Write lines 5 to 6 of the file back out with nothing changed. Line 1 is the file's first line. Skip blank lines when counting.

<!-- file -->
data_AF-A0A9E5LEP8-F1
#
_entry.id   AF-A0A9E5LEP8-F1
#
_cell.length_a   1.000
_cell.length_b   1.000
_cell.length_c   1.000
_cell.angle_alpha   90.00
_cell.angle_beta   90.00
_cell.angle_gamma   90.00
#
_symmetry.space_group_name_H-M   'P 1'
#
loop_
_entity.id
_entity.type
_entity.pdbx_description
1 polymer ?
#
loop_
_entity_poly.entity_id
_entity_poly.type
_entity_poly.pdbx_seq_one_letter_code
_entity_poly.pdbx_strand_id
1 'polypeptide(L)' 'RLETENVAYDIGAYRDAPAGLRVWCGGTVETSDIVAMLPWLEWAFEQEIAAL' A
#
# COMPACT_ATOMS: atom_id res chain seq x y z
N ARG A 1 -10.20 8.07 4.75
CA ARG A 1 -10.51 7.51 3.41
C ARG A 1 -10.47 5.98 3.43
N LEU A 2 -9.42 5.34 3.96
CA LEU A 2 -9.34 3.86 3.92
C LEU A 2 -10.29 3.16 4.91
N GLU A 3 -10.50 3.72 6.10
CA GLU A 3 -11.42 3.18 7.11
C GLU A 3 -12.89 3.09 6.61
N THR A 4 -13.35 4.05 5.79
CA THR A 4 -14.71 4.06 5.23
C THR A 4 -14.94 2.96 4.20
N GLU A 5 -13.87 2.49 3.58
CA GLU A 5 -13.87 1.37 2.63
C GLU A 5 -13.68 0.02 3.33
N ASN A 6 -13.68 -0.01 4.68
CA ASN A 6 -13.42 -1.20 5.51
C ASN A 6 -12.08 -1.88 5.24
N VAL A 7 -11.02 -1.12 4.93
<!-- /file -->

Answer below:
_cell.length_a   1.000
_cell.length_b   1.000